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explore our CAMPUS

What's cool about our campus is that it's spread out over seven acres in Philadelphia's historic neighborhood of Germantown. The buildings are an eclectic mix of old and new, a unique look and feel more consistent with a college campus. With three gyms, three auditoriums, a student center, numerous open, green spaces and nine classroom buildings, it's a place worthy of adoration and exploration. The Meetinghouse, at the center of it all, provides a beautiful and spiritual focal point.

1. Main Building 2. Meetinghouse 3. Sharpless 4. Hargroves 5. Wade Science Center 6. Alumni Building 7. Admissions 8. Living Graveyard 9. Dead Graveyard 10. Loeb Performing Arts Center 11. Smith Gym 12. Cary Building 13. Friends Free Library 14. Field House 15. Scattergood Gym

we have deep roots in this place

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The Pillars of A

Quaker Education

At GFS, students and teachers gather in Meeting for Worship once each week. This is a time for shared, silent contemplation. Anyone who feels moved to speak may rise and do so. It is a simple formula, and can be a remarkably powerful experience.In these days of constant connectivity, the ability and opportunity to sit in silence have special value. Meeting for Worship is a cornerstone of the GFS culture that many come to cherish throughout their lives.

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speak the truth

We strive to deal fairly, equally and honestly with everyone. We aim to do as we say, reflecting our beliefs in our actions. even when it is inconvenient or challenging, we stand by our convictions, striving to lead lives of integrity.

Shine Together

We are all blessed with remarkable gifts. We are equally qualified to seek truth and to hear the voice of God. Every person deserves equal respect. For these reasons, we work against prejudice and discrimination and for equality.

stay connected

"Alone we can do little; together we can do so much."* We know there is strength in cooperation and wisdom to be found when many perspectives come together. We believe in the power of community.*
The words of Helen Keller.

keep it simple

In every way we can, we try to minimize the distractions that can draw our attention from the important things in life. This means not becoming overwhelmed by the busyness of daily routine. It means seeking balance. It means embracing simplicity.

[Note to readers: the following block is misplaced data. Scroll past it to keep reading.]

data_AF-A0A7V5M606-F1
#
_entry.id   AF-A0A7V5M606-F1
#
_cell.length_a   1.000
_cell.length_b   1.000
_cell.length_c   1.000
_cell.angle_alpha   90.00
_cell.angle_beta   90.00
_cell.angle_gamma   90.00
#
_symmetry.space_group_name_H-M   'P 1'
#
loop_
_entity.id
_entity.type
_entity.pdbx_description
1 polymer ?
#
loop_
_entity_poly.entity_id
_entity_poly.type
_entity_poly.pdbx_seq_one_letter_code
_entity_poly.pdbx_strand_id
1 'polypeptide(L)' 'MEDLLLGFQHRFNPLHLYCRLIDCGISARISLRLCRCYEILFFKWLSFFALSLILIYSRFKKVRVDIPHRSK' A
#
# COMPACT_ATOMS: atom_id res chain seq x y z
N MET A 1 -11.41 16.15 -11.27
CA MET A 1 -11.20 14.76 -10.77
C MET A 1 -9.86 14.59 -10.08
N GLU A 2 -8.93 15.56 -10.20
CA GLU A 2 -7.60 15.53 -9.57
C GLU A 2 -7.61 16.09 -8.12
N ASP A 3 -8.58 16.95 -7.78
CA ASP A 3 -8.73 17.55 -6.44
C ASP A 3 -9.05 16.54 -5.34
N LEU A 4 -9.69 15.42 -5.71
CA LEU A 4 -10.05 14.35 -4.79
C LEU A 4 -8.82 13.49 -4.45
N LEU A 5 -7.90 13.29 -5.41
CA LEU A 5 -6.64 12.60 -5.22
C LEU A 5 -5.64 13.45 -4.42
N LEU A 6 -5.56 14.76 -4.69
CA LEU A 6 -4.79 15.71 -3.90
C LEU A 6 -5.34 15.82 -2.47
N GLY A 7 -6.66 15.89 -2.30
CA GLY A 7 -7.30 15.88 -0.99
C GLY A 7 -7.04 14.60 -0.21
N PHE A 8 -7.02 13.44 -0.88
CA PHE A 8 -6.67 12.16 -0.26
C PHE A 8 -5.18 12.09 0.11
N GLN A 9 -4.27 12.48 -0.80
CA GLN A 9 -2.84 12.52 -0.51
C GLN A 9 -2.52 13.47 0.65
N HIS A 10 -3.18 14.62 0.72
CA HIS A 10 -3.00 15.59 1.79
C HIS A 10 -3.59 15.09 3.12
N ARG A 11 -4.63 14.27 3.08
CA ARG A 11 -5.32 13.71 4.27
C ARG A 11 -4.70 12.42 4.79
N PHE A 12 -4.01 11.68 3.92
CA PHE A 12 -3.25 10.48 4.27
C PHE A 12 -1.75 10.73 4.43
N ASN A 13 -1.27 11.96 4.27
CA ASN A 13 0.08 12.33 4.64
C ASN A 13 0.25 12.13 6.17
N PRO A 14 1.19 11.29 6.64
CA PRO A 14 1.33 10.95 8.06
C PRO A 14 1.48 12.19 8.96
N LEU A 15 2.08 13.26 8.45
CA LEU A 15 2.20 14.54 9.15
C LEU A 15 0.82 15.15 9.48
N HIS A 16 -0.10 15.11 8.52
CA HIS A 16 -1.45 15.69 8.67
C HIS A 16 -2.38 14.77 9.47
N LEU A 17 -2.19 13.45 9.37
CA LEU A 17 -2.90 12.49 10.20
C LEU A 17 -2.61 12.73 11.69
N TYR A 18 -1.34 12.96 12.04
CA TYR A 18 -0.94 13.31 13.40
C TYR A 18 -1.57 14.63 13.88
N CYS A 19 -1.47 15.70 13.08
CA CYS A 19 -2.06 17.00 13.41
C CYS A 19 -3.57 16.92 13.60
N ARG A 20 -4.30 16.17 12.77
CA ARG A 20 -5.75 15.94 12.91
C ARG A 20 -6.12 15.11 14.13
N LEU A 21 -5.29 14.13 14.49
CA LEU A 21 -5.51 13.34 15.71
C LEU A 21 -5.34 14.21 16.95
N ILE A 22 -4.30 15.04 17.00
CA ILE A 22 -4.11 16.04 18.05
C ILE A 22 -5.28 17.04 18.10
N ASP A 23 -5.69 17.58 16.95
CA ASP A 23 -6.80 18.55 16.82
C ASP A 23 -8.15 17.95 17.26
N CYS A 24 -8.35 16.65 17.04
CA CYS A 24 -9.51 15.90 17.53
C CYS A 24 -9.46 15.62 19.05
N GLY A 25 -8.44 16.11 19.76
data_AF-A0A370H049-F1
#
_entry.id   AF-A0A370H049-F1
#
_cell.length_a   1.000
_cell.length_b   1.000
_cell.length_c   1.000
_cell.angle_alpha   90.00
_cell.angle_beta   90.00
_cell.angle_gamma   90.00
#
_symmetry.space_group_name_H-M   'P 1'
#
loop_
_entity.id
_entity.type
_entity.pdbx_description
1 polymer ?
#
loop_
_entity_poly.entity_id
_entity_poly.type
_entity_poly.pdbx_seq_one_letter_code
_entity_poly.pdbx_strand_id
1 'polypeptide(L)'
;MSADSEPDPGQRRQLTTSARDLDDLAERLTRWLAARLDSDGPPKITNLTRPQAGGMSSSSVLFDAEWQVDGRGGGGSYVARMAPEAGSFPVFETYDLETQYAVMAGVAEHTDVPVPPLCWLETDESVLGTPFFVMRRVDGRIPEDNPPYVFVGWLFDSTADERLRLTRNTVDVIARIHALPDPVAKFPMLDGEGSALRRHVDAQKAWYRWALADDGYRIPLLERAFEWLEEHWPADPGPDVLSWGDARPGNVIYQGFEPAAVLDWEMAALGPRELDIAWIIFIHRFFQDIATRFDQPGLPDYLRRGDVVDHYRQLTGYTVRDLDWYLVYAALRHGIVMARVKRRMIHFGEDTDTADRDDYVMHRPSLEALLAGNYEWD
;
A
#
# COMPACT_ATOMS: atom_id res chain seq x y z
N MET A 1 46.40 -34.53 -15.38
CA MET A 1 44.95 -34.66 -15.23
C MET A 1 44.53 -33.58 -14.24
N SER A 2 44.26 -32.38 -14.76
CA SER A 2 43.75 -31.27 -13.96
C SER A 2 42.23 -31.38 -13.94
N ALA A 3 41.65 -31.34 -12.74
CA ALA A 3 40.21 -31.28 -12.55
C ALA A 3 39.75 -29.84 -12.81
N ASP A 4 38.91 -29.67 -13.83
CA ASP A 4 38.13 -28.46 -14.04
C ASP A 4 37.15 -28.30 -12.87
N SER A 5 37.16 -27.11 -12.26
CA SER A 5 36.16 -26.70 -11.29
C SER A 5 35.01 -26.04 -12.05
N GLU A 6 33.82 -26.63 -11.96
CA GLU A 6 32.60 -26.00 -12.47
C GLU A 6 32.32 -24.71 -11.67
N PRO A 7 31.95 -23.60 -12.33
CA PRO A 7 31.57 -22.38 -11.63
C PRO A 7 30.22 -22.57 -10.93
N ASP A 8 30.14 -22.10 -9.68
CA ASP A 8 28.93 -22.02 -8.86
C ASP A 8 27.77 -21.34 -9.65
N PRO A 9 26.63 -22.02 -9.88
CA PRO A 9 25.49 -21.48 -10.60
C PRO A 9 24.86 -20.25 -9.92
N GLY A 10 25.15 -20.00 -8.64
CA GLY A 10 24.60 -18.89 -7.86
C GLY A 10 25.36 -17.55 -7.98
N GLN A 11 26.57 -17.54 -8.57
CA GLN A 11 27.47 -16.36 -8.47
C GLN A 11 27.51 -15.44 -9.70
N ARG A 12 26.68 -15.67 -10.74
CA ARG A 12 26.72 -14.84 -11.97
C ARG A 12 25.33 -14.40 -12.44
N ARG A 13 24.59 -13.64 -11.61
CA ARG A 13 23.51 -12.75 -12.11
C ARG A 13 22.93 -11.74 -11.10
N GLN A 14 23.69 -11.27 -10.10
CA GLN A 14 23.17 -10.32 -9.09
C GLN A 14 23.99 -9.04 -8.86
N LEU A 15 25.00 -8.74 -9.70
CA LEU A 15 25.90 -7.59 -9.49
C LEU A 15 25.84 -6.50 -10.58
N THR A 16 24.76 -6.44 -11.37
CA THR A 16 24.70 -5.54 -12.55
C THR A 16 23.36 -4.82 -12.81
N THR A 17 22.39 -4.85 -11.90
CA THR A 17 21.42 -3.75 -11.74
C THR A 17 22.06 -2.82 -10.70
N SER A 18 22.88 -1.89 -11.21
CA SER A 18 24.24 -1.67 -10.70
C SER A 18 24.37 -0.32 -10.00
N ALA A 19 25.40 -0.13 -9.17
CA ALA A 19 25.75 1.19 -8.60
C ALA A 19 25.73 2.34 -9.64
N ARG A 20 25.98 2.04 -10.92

care for all

This planet we inhabit, the talents we've been given, the community of which we are a part- all hold remarkable value. We must be responsible, imaginative and proactive in protecting these gifts and caring for the world and people around us. We must exercise good stewardship.

promote peace

We believe each life is precious and unique. We stand against war and violence and work to eliminate their root causes, including ignorance, racism, hatred and oppression. We are committed to creating peace.

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Retirement Tribute: Jim Barron
Retirement Tribute: Jim Barron

What can't Jim Barron do? A member of the GFS Classics department since 2004, he has educated hundreds of Latin students, teaching them periphrastics and participles, gerunds and gerundives, infinitives and rhetorical devices. Jim revolutionized the tenth-grade Latin History course, building Latin 3 students' reading skills while teaching them the breadth of Roman history; he read new works every summer in order to enrich the 40-year course's content. A Renaissance man known for his kindness and deep knowledge, he taught Directed Independent Studies in everything from Modern Political Philosophy to French Existentialism, led heady J-Term classes such as "The Early Marx and 20th Century Critical Theory" and a "Classical Guide to Modern Rants," assumed many roles in the Triumphal Parade on Classics Day (where his signature wry humor was on display when the theme was Triumph of Comedy and he wore a sign that said, "I don't get it"), and, as a longtime eleventh grade advisor, organized too many proms to count!

Jim has served on a whole slew of committees, including Agenda, J-Term, Upper School Quakerism, and Quakerism Self-Study, and has done important work in the area of diversity, equity, and inclusion; he was part of Intergroup Dialogue, led by former Director of Multicultural Affairs Mirangela Buggs, and entered discussions with an openness and willingness to better understand experiences and perspectives different from his own.

 

Jim's professional goal for the 2019-20 school year was, "To create the right environment for an equitable expression of the diversity and uniqueness in my classroom," which shows his passionate commitment to honoring the Light within each student.

"Students have great affection for Jim, and he for them," says longtime colleague Julie Marren. "For three or four years now, students have passed down this tradition: beginning class by listing things 'Jim likes,' and getting his take on anything from political and historical movements to current trends to types of milk. After they hear his [thoughts], then class can begin." Adds Classics Department Head Natasha Labbé, "We will miss Jim's humor, his wealth of knowledge— how fascinating it is to listen to him speak on any subject matter with great depth and breadth!—and his charisma and charm."